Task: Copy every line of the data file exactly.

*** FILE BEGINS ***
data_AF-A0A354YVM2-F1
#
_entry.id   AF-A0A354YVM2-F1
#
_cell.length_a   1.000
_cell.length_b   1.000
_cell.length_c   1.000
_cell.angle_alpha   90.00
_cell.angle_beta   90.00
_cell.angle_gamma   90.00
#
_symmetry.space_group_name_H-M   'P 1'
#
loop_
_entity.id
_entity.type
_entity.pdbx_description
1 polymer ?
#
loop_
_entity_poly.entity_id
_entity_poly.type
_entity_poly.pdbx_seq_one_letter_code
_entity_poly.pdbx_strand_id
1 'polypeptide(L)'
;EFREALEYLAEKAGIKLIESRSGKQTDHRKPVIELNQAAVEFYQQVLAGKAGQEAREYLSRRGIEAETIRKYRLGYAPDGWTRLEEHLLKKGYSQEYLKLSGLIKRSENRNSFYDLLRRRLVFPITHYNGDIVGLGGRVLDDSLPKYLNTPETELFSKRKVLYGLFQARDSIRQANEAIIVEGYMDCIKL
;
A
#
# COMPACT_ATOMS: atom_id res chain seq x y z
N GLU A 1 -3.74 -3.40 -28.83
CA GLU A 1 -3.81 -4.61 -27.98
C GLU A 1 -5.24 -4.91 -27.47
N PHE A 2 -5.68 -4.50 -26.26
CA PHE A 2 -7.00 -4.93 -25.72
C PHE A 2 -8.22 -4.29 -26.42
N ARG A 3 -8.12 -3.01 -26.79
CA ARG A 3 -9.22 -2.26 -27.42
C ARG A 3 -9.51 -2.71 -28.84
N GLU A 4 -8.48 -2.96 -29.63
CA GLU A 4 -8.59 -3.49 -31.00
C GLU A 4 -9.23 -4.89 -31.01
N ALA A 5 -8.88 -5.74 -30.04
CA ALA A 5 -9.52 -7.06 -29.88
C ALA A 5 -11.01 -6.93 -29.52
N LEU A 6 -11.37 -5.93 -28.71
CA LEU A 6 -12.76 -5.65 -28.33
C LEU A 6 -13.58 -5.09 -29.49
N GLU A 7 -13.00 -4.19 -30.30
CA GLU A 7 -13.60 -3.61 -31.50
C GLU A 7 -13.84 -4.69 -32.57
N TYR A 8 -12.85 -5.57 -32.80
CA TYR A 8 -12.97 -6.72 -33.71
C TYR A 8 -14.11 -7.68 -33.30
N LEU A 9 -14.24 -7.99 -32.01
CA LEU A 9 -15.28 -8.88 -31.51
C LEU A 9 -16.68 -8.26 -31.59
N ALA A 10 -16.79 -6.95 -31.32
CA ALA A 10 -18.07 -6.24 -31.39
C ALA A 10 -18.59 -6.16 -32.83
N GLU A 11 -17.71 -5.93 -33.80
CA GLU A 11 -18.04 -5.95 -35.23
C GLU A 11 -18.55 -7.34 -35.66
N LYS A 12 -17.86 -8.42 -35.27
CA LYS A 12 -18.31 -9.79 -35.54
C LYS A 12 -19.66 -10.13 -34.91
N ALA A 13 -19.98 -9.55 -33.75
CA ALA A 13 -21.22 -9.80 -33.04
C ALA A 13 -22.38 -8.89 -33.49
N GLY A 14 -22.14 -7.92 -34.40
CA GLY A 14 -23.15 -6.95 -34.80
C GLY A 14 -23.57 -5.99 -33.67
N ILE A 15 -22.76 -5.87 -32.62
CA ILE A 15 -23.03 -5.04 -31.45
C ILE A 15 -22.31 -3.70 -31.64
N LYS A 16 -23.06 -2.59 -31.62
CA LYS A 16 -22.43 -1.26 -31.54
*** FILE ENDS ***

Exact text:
data_AF-A0A354YVM2-F1
#
_entry.id   AF-A0A354YVM2-F1
#
_cell.length_a   1.000
_cell.length_b   1.000
_cell.length_c   1.000
_cell.angle_alpha   90.00
_cell.angle_beta   90.00
_cell.angle_gamma   90.00
#
_symmetry.space_group_name_H-M   'P 1'
#
loop_
_entity.id
_entity.type
_entity.pdbx_description
1 polymer ?
#
loop_
_entity_poly.entity_id
_entity_poly.type
_entity_poly.pdbx_seq_one_letter_code
_entity_poly.pdbx_strand_id
1 'polypeptide(L)'
;EFREALEYLAEKAGIKLIESRSGKQTDHRKPVIELNQAAVEFYQQVLAGKAGQEAREYLSRRGIEAETIRKYRLGYAPDGWTRLEEHLLKKGYSQEYLKLSGLIKRSENRNSFYDLLRRRLVFPITHYNGDIVGLGGRVLDDSLPKYLNTPETELFSKRKVLYGLFQARDSIRQANEAIIVEGYMDCIKL
;
A
#
# COMPACT_ATOMS: atom_id res chain seq x y z
N GLU A 1 -3.74 -3.40 -28.83
CA GLU A 1 -3.81 -4.61 -27.98
C GLU A 1 -5.24 -4.91 -27.47
N PHE A 2 -5.68 -4.50 -26.26
CA PHE A 2 -7.00 -4.93 -25.72
C PHE A 2 -8.22 -4.29 -26.42
N ARG A 3 -8.12 -3.01 -26.79
CA ARG A 3 -9.22 -2.26 -27.42
C ARG A 3 -9.51 -2.71 -28.84
N GLU A 4 -8.48 -2.96 -29.63
CA GLU A 4 -8.59 -3.49 -31.00
C GLU A 4 -9.23 -4.89 -31.01
N ALA A 5 -8.88 -5.74 -30.04
CA ALA A 5 -9.52 -7.06 -29.88
C ALA A 5 -11.01 -6.93 -29.52
N LEU A 6 -11.37 -5.93 -28.71
CA LEU A 6 -12.76 -5.65 -28.33
C LEU A 6 -13.58 -5.09 -29.49
N GLU A 7 -13.00 -4.19 -30.30
CA GLU A 7 -13.60 -3.61 -31.50
C GLU A 7 -13.84 -4.69 -32.57
N TYR A 8 -12.85 -5.57 -32.80
CA TYR A 8 -12.97 -6.72 -33.71
C TYR A 8 -14.11 -7.68 -33.30
N LEU A 9 -14.24 -7.99 -32.01
CA LEU A 9 -15.28 -8.88 -31.51
C LEU A 9 -16.68 -8.26 -31.59
N ALA A 10 -16.79 -6.95 -31.32
CA ALA A 10 -18.07 -6.24 -31.39
C ALA A 10 -18.59 -6.16 -32.83
N GLU A 11 -17.71 -5.93 -33.80
CA GLU A 11 -18.04 -5.95 -35.23
C GLU A 11 -18.55 -7.34 -35.66
N LYS A 12 -17.86 -8.42 -35.27
CA LYS A 12 -18.31 -9.79 -35.54
C LYS A 12 -19.66 -10.13 -34.91
N ALA A 13 -19.98 -9.55 -33.75
CA ALA A 13 -21.22 -9.80 -33.04
C ALA A 13 -22.38 -8.89 -33.49
N GLY A 14 -22.14 -7.92 -34.40
CA GLY A 14 -23.15 -6.95 -34.80
C GLY A 14 -23.57 -5.99 -33.67
N ILE A 15 -22.76 -5.87 -32.62
CA ILE A 15 -23.03 -5.04 -31.45
C ILE A 15 -22.31 -3.70 -31.64
N LYS A 16 -23.06 -2.59 -31.62
CA LYS A 16 -22.43 -1.26 -31.54